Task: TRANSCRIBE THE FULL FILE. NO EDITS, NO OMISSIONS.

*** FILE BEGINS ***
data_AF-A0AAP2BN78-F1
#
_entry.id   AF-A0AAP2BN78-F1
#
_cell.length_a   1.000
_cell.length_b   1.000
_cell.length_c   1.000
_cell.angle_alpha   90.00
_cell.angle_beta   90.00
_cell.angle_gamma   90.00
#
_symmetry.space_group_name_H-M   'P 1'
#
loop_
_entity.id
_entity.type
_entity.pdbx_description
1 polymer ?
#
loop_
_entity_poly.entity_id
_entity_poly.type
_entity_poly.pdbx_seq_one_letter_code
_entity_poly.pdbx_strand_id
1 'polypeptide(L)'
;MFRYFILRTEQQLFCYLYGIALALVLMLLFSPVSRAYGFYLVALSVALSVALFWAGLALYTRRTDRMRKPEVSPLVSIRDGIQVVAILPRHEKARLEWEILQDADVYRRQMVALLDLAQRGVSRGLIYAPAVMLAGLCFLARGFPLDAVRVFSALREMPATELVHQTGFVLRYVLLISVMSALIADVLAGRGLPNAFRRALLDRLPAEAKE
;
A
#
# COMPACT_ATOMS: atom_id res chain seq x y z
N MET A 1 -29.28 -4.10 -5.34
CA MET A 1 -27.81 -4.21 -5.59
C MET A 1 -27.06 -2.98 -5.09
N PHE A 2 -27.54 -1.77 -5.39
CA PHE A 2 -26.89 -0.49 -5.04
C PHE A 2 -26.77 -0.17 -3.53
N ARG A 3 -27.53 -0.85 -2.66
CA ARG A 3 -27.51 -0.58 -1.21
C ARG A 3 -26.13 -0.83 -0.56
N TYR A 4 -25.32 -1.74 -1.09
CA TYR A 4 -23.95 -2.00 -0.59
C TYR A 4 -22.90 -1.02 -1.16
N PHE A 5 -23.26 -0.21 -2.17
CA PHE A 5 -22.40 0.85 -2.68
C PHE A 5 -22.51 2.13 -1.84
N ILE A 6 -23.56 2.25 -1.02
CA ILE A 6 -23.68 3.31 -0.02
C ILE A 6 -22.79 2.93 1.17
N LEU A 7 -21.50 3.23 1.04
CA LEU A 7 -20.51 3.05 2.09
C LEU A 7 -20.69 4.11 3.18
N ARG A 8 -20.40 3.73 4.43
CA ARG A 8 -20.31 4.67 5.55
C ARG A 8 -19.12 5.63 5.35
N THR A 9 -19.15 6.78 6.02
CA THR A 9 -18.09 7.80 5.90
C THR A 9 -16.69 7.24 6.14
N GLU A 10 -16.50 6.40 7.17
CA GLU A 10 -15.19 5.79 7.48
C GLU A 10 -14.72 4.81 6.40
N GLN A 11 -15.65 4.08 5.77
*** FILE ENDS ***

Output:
data_AF-A0AAP2BN78-F1
#
_entry.id   AF-A0AAP2BN78-F1
#
_cell.length_a   1.000
_cell.length_b   1.000
_cell.length_c   1.000
_cell.angle_alpha   90.00
_cell.angle_beta   90.00
_cell.angle_gamma   90.00
#
_symmetry.space_group_name_H-M   'P 1'
#
loop_
_entity.id
_entity.type
_entity.pdbx_description
1 polymer ?
#
loop_
_entity_poly.entity_id
_entity_poly.type
_entity_poly.pdbx_seq_one_letter_code
_entity_poly.pdbx_strand_id
1 'polypeptide(L)'
;MFRYFILRTEQQLFCYLYGIALALVLMLLFSPVSRAYGFYLVALSVALSVALFWAGLALYTRRTDRMRKPEVSPLVSIRDGIQVVAILPRHEKARLEWEILQDADVYRRQMVALLDLAQRGVSRGLIYAPAVMLAGLCFLARGFPLDAVRVFSALREMPATELVHQTGFVLRYVLLISVMSALIADVLAGRGLPNAFRRALLDRLPAEAKE
;
A
#
# COMPACT_ATOMS: atom_id res chain seq x y z
N MET A 1 -29.28 -4.10 -5.34
CA MET A 1 -27.81 -4.21 -5.59
C MET A 1 -27.06 -2.98 -5.09
N PHE A 2 -27.54 -1.77 -5.39
CA PHE A 2 -26.89 -0.49 -5.04
C PHE A 2 -26.77 -0.17 -3.53
N ARG A 3 -27.53 -0.85 -2.66
CA ARG A 3 -27.51 -0.58 -1.21
C ARG A 3 -26.13 -0.83 -0.56
N TYR A 4 -25.32 -1.74 -1.09
CA TYR A 4 -23.95 -2.00 -0.59
C TYR A 4 -22.90 -1.02 -1.16
N PHE A 5 -23.26 -0.21 -2.17
CA PHE A 5 -22.40 0.85 -2.68
C PHE A 5 -22.51 2.13 -1.84
N ILE A 6 -23.56 2.25 -1.02
CA ILE A 6 -23.68 3.31 -0.02
C ILE A 6 -22.79 2.93 1.17
N LEU A 7 -21.50 3.23 1.04
CA LEU A 7 -20.51 3.05 2.09
C LEU A 7 -20.69 4.11 3.18
N ARG A 8 -20.40 3.73 4.43
CA ARG A 8 -20.31 4.67 5.55
C ARG A 8 -19.12 5.63 5.35
N THR A 9 -19.15 6.78 6.02
CA THR A 9 -18.09 7.80 5.90
C THR A 9 -16.69 7.24 6.14
N GLU A 10 -16.50 6.40 7.17
CA GLU A 10 -15.19 5.79 7.48
C GLU A 10 -14.72 4.81 6.40
N GLN A 11 -15.65 4.08 5.77